Following a major car accident, it may be obvious who was at fault and who caused the accident. Sometimes, however, car accidents are not as clear cut. In accidents with complex timelines, multiple parties, and conflicting testimony from witnesses and those involved, it can often become messy very quickly to handle the details of who was at fault, for how much fault, and other important elements of the accident timeline.
According to a recent local news report, a major accident left nine individuals injured and one killed. Local authorities reported that a van carrying three adults and four children with special needs was traveling through an intersection when it crashed into the side of another vehicle going in another direction through the intersection. The initial accident caused three other vehicles nearby to be impacted also. Local fire rescue authorities reported nine people, including six children—four of which have special needs—injured. These injured individuals were transported to the hospital, with some of the adults being issued trauma alerts. A 36-year-old woman who was also a passenger in the van was pronounced dead on the scene. The accident remains under investigation by troopers.
Florida, like some other states around the country, is called a “no fault” state. This means that Florida has a law requiring that all drivers have a specific type of car insurance coverage that pays regardless of who was at fault for the accident.
The Florida no fault law has two important parts for individuals involved in car accidents. First, it requires that a party’s own insurer pay for that party’s injuries without considering how much fault or whether they were at fault at all. Second, the law limits the injured party’s ability to sue the other party, usually through a cap on monetary damages and compensation or only for specifically enumerated types of injuries.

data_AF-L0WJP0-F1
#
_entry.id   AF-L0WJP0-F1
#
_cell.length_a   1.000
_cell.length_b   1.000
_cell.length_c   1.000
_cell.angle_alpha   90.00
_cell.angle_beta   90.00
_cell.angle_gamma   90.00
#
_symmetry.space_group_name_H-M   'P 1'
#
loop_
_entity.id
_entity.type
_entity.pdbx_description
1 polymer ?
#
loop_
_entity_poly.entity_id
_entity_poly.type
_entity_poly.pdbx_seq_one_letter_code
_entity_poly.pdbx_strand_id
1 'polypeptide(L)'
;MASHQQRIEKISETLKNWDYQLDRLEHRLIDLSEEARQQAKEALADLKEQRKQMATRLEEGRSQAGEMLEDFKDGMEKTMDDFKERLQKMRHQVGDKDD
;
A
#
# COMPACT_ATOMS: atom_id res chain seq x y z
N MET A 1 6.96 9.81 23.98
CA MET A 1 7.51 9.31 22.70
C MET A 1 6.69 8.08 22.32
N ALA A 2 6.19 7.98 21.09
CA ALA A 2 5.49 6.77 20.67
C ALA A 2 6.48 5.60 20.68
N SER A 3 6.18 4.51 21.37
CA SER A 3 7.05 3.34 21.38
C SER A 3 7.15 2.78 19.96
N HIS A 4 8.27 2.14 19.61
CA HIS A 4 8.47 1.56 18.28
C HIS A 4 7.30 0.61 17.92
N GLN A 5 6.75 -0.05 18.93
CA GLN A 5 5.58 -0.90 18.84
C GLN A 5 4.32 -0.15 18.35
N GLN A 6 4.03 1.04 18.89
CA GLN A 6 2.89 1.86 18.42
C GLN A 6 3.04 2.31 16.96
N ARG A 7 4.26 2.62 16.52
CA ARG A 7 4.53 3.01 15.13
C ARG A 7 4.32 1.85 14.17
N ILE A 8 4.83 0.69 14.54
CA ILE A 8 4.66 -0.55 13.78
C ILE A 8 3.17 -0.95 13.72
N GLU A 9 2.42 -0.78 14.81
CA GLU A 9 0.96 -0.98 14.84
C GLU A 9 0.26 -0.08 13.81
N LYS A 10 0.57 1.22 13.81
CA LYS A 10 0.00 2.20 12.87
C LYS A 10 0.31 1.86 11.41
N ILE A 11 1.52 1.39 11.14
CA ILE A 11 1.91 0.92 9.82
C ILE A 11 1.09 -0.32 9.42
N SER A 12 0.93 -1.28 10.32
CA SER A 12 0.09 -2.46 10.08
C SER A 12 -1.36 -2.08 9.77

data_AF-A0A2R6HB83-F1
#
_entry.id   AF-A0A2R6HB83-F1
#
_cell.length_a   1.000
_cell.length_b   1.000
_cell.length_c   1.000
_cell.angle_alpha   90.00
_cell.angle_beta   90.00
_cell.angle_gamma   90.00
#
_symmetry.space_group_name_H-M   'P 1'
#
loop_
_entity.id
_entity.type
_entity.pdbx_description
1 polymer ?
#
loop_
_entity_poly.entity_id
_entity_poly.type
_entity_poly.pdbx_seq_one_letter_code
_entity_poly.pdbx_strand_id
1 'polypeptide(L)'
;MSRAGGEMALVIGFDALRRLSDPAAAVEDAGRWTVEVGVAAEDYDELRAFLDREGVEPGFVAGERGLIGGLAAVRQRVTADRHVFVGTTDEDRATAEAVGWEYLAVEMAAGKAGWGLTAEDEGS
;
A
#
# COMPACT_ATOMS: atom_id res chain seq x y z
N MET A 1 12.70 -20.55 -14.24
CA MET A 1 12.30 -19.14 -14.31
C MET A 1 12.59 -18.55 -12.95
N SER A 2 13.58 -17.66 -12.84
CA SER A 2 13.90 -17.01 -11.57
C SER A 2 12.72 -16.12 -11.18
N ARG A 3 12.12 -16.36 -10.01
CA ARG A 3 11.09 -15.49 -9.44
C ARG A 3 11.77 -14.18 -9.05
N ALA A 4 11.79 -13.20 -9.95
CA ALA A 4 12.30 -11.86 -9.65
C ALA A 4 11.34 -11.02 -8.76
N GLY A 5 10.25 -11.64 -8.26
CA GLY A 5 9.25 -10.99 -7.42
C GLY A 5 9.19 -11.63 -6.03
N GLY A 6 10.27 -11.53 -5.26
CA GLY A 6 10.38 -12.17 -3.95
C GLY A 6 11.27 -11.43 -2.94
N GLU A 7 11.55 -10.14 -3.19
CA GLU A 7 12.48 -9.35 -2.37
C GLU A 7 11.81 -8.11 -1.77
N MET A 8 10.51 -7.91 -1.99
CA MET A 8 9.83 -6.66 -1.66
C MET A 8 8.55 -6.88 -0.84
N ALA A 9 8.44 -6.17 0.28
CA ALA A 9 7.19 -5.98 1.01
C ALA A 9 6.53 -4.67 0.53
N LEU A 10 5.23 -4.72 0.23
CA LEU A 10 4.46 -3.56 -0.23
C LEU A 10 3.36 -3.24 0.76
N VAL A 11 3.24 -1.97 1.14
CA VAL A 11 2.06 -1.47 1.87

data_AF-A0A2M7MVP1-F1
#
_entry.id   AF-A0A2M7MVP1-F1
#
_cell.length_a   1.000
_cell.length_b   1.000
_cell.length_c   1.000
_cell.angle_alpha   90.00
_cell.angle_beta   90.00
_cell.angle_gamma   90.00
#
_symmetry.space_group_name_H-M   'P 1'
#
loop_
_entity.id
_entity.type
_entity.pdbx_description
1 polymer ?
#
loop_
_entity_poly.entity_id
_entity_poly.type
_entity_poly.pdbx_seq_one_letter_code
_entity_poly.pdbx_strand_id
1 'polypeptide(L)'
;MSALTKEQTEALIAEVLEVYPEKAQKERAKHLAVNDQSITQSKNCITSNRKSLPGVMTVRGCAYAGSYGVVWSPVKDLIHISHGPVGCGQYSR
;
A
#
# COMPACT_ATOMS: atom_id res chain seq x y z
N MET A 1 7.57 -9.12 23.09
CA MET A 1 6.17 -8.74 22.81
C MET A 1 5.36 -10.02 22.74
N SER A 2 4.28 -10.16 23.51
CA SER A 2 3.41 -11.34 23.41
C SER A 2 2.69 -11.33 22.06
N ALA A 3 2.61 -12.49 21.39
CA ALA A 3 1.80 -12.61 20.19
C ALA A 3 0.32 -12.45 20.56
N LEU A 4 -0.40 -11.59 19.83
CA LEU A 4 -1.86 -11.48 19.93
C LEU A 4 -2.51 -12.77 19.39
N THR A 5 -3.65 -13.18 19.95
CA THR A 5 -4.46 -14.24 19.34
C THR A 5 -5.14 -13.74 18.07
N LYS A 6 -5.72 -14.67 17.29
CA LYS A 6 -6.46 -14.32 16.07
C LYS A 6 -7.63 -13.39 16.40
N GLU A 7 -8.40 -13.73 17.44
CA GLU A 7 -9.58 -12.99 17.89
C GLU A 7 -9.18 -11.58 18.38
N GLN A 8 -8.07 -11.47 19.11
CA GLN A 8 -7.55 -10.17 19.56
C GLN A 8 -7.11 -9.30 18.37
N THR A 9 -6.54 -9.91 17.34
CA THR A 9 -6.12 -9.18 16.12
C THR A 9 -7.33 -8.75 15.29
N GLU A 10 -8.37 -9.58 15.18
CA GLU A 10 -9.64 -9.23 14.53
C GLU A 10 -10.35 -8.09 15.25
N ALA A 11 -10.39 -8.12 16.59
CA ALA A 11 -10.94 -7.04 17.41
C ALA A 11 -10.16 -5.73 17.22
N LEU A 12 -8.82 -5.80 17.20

The minimum car insurance coverage under this law for Florida drivers is $10,000 in medical and disability benefits per person per accident in personal injury protection coverage, and $5,000 in death benefits. This money will be paid to the holder of the policy without any determination or requirement of proving or disproving fault.
In addition, the benefits of the policy extend both to the policy holder and to any family members who live in the same household of the holder. The coverage the policy offers also is quite broad, and essentially covers nearly any injury that takes place involving a vehicle. The policy holder and their resident relatives are also covered by their Florida policy when they are pedestrians or passengers in another person’s vehicle, as well as when they are out of state.
Do You Need a Florida Car Accident Lawyer?
If you or someone you know was recently injured or killed in a Florida car accident, contact the lawyers at Friedman Rodman Frank & Estrada today for assistance. Our lawyers have years of experience in multiple practice areas and will fight for the compensation our clients deserve. Contact us today for a free initial consultation at 1-877-735-9021.